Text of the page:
Americans Want to Hear Accurate Analysis of the Coronavirus Situation From the Media and Not Petty Partisan Politics

Without any live sports to watch and with Hollywood basically shut down, the coronavirus has made the news business the center of America’s media attention. Across all mediums, news consumption is increasing.

According to Axios, 51% of Americans have increased their consumption of news, with 49% checking the news multiple times a day.

News apps, including apps from cable news channels and national newspapers, have seen an increase in downloads. Cable news networks have seen a 50% boost in viewership since the start of the year. Even broadcast TV nightly newscasts are seeing rating increases.

It’s great that more Americans are wanting to stay informed and follow the important developments surrounding the coronavirus. However, how informed are they exactly becoming when consuming the news?

Depending on which media outlet you watch, you may be less informed about what is occurring than when you started watching. The cable news channels seem to want to play partisan politics as much as possible and discuss if this is good or bad for Trump, all depending on their position of him.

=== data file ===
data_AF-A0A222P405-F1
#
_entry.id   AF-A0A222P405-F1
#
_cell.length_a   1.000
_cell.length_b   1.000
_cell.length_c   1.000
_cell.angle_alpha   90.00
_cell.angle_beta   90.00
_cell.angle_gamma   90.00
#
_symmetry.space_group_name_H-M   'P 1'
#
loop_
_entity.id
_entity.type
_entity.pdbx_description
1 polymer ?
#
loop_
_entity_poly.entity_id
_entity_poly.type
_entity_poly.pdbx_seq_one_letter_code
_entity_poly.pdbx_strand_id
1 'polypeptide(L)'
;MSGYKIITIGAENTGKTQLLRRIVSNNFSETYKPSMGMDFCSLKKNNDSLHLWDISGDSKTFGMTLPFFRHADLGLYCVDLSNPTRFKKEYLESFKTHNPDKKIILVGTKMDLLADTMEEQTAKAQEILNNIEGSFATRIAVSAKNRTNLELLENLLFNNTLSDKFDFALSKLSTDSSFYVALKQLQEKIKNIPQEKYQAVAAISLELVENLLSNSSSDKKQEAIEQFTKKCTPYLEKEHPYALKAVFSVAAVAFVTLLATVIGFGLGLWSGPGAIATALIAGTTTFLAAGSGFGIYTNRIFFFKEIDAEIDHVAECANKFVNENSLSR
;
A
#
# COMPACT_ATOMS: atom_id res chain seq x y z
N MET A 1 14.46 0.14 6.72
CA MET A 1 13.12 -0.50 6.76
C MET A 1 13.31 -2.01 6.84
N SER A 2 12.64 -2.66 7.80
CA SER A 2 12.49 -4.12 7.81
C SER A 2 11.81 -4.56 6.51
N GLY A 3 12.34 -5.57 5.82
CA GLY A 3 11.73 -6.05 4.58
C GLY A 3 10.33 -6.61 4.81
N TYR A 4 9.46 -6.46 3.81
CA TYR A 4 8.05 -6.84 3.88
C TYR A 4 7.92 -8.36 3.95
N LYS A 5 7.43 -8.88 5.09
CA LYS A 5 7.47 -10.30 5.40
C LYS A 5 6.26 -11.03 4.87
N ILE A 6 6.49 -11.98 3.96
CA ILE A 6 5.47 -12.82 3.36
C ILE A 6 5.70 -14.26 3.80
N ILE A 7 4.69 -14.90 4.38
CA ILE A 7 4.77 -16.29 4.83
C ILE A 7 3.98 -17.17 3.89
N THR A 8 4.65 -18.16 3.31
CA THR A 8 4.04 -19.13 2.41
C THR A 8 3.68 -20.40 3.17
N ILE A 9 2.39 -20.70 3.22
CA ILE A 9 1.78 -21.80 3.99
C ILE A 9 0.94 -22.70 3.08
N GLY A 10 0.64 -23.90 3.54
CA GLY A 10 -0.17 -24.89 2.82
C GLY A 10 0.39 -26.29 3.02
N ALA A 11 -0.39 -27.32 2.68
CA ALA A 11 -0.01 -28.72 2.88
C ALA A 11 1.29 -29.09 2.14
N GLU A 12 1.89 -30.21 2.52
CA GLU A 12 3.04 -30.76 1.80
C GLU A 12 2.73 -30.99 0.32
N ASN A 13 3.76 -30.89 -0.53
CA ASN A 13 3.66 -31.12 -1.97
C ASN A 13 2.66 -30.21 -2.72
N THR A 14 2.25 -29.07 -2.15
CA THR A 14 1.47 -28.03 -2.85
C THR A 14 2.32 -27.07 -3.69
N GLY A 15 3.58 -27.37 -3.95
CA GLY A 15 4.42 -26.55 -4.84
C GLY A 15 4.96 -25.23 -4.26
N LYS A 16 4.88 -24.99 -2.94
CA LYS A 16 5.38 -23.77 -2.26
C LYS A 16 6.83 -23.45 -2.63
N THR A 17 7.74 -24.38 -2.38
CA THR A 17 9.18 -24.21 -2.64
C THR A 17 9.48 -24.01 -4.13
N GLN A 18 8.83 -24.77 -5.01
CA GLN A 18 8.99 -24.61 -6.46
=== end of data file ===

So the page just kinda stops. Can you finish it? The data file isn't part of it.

Right now, 2020 election politics should not matter, but of course, we all know everything in our society is now political, even a virus.

If you open a web browser and search for accurate information about the virus online, good luck, there is so much disinformation on social media that it’s hard to know what to believe.

None of the partisan party politics matters to the American people. They really don’t care about Trump’s poll numbers concerning his reelection, or if the Democrats can score some political points and maybe pick up a Senate seat from this unusual and dangerous situation.

All they care about is how they can protect their children’s health and how to put food on the table tonight as they lose their jobs. They want the government to offer some solutions and not create new problems by practicing petty partisan politics.

When they tune into the local or national media, they want to hear solutions, honest reporting, and accurate analysis of the situation. They do not want politics.

With more Americans than ever consuming their product, hopefully, the American media will take this opportunity to create trust and credibility with their audiences that could serve them well after this crisis is over. However, will they do that is another question.


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